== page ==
CONGRATULATIONS, Fullofit, on hitting the big 50! And by mid-1916, no less! Astounding.
Adj. James B. Fullard, Esc. N.124 'Americaine', Bar-le-Duc, France.
July 10th, 1916.
As promised, Nungesser treated us to dinner at a quaint little Cafe in Bar-le-Duc, regaling us for the evening with incredible stories of his battles in the air. The man sounded like a legendary swashbuckler, raiding formations of three, four, five Germans by himself. However, we were not the undivided object of his attention - and in the morning the poor Orderly had to interrogate two young Mademoiselles as to how to return them home from our Villa. Or, at least, so I heard from Rockwell. Prince, Luf, Blanchon, McConnell and I had already since departed on the dawn patrol over enemy lines by that point.
The sky had only just started to lighten as we lifted, bound for St. Mihiel, and the morning was bitterly cold. For the third day now, rain battered at our faces and stung our cheeks. How I envied Nungesser as we flew, cozied up in bed with his two young acquaintances! But, I reasoned, somebody had to be up fighting the air war. As we crossed into the pocket in the lines at St. Mihiel, the clouds closed up and swallowed us. I watched anxiously as Prince, Luf and McConnell disappeared behind a film of white ahead of me. When we broke through the other side, we were above the German rear trenches. Near the Lac de Madine some unpleasantly accurate AA fire added to our woes, but it quickly relented. I imagined the Germans below were no more pleased about having to work today than we were.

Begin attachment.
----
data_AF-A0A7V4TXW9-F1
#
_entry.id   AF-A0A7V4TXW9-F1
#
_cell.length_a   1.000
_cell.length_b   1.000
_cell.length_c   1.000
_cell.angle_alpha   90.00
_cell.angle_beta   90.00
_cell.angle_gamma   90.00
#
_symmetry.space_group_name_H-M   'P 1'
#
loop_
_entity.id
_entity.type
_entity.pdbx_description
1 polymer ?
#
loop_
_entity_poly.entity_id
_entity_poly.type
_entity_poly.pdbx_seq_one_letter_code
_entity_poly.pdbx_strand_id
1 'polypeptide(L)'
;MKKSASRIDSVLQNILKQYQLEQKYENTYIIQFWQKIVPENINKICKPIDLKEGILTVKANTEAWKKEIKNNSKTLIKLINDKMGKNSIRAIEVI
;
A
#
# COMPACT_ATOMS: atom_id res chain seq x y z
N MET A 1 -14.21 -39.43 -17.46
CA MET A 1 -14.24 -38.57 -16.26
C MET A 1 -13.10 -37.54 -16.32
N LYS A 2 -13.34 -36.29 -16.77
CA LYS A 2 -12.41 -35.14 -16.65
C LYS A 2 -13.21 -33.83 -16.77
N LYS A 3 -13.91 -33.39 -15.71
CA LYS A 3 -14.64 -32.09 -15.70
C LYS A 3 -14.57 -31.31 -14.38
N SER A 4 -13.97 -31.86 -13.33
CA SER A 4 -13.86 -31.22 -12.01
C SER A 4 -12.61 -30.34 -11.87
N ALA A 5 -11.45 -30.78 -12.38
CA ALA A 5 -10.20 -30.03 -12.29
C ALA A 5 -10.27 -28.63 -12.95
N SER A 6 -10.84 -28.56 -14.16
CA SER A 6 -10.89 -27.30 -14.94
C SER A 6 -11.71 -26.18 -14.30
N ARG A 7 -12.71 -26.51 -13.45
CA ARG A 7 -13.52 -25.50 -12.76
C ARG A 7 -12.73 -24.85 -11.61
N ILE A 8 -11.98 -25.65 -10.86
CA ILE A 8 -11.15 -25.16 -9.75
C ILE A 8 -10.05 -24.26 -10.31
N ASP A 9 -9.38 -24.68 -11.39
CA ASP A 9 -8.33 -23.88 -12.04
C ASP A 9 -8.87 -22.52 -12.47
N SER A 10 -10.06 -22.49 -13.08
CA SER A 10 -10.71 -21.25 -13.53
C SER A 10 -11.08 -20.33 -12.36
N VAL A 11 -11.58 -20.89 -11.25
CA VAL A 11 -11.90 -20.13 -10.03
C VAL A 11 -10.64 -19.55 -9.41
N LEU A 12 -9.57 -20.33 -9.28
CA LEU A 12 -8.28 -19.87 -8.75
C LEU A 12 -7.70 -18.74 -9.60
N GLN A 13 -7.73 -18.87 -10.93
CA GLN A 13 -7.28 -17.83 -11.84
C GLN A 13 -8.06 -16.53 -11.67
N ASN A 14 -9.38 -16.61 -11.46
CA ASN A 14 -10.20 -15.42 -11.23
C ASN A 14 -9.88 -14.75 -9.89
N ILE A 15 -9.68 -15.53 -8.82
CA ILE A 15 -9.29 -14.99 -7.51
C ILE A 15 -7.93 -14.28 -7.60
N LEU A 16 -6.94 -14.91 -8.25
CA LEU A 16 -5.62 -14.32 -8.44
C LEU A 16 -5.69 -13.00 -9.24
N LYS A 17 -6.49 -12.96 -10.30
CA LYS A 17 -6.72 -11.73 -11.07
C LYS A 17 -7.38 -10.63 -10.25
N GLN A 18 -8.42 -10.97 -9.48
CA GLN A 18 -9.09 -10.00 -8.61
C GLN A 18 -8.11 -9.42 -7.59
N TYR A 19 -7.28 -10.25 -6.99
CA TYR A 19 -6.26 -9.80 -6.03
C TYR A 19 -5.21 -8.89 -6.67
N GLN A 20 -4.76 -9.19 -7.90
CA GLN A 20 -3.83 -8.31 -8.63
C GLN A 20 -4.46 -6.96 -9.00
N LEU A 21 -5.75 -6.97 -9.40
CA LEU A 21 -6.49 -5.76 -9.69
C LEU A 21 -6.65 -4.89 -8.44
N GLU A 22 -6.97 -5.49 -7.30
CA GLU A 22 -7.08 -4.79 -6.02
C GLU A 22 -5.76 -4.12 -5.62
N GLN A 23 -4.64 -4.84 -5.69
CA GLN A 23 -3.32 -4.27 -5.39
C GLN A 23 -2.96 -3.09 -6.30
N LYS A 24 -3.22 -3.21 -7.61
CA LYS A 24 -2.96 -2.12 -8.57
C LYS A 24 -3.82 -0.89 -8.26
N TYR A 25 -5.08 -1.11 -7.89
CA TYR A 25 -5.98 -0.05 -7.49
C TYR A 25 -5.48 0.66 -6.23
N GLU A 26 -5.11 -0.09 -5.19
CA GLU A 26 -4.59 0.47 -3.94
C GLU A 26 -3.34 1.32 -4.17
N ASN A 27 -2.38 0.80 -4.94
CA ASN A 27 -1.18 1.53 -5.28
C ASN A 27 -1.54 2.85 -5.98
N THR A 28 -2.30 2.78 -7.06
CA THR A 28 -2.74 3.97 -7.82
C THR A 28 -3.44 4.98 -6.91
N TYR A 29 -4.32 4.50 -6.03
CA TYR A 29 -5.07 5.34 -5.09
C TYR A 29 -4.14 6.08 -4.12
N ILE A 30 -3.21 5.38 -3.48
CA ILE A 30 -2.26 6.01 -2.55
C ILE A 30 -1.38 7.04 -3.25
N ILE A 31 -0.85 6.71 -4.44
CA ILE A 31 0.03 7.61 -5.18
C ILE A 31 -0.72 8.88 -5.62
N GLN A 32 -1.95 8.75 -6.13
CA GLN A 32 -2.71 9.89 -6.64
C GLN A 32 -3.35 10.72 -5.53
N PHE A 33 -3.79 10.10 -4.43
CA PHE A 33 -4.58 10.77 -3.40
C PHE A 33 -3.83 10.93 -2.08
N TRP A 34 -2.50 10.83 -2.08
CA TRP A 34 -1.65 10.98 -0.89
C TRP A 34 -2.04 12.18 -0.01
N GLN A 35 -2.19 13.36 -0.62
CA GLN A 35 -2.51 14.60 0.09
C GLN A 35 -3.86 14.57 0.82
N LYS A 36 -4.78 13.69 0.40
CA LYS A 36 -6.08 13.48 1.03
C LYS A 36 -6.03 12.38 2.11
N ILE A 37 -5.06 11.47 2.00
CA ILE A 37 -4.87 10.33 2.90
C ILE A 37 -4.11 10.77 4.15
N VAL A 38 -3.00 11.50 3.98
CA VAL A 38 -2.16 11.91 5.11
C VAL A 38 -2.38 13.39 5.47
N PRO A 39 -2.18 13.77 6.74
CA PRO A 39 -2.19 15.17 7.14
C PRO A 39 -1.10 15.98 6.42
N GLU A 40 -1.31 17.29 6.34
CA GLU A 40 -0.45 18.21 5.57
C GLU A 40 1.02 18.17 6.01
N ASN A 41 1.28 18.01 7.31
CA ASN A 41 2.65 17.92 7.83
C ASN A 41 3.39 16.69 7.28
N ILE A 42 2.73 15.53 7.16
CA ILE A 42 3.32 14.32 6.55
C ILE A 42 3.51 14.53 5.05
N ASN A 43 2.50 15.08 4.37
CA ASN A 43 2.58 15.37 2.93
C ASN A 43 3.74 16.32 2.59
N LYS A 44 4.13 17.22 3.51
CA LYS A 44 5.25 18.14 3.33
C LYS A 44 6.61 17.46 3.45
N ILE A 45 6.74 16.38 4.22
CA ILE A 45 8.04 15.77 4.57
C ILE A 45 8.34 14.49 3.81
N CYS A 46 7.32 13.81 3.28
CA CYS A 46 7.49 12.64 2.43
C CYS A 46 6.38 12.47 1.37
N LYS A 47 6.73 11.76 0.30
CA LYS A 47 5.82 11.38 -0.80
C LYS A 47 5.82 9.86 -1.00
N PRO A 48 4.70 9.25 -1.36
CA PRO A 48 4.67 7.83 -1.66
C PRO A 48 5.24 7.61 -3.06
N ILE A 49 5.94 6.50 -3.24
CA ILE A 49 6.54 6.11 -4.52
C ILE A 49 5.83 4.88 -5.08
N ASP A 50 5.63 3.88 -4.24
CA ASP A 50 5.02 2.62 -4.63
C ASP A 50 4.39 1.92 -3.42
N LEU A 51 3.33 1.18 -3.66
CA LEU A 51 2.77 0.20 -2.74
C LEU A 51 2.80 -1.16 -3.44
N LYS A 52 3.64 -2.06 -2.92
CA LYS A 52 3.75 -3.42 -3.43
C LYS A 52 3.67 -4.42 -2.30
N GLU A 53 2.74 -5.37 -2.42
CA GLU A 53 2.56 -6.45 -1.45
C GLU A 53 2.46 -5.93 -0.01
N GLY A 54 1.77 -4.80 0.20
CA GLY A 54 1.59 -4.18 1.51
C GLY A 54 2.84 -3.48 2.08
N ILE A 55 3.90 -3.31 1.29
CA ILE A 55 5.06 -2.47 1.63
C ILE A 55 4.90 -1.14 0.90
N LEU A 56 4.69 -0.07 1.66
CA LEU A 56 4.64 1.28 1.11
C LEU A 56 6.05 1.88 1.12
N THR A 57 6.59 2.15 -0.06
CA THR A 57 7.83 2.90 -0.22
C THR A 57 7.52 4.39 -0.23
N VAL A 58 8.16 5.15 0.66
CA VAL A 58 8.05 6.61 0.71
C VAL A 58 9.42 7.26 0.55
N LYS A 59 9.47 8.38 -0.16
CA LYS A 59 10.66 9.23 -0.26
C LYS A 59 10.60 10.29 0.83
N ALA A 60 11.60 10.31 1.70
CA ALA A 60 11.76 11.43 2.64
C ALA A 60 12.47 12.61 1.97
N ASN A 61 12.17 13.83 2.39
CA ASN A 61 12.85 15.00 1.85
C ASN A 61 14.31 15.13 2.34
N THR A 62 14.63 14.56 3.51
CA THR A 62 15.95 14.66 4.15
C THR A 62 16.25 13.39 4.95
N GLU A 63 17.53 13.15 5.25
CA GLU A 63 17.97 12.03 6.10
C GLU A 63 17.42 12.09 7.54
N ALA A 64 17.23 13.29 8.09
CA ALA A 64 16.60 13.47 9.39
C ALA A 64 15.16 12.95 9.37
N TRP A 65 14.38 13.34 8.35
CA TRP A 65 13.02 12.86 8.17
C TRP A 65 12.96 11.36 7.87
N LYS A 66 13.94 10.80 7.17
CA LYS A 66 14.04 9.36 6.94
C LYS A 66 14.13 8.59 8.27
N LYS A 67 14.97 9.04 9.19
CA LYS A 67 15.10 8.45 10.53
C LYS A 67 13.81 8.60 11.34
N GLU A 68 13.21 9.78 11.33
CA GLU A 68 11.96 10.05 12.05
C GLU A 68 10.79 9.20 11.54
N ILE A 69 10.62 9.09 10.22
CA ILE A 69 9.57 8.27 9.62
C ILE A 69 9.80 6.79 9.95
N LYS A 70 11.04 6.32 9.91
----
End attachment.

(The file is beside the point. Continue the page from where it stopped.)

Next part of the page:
After ten or so minutes of flying Westward, we turned back East to the beginning of our patrol route. What good is this? I bitterly thought, No Bosches are going to be up at 5 O’Clock in this weather!. We made this gruelling back-and-forth trip a further two times. Suddenly, on our third rotation, our formation abruptly scattered every which-way. Bosches. I circled too, frantically searching the murky grey clouds for our agitators. Luf lifted his nose up, standing on his tail and firing upwards. I followed the line of his tracers and discovered three Fokkers, swooping down upon us. We quickly climbed up to them, and I got behind one German who seemed to be a rookie. His movements in the air were unsure, and I had a good shot at him, but the wind was treacherous and knocked my aim off. The startled German dove sharply away, and I followed, chasing him low and firing as he swept down desperately for Thiaucourt aerodrome. Eventually I decided I had gotten too far down, and let the young rookie go. Circling back to the location of the fight, I only saw two other machines - a Nieuport and a Fokker, locked in a tense dogfight. It was McConnell - and the German had the upper hand. I fired a burst across the Eindecker’s front - it was another twin-gunned variant - at which point he simply zoomed up in a spiral climb away from us. I watched in awe as the German machine soared upwards. What was this new Eindecker?!
I couldn’t catch him, but McConnell’s Nieuport 16 strained upwards, and soon the Bosche was, too, diving for Thiaucourt. As he descended low he looped under McConnell and straightened out to land, apparently assuming we’d given up. I saw my chance. Diving down I fired the last of my ammunition into the German, his horrified face spinning around to face me before his machine buckled and fell into a spin. Quickly I curved away, not waiting to see if McConnell had witnessed the victory, and opened the throttle full towards home.
Blanchon had brought down one of the Germans, as seen by Lufbery. Unfortunately for me, McConnell hadn’t seen my Fokker go down, and so I added another tally to my string of unconfirmed victories.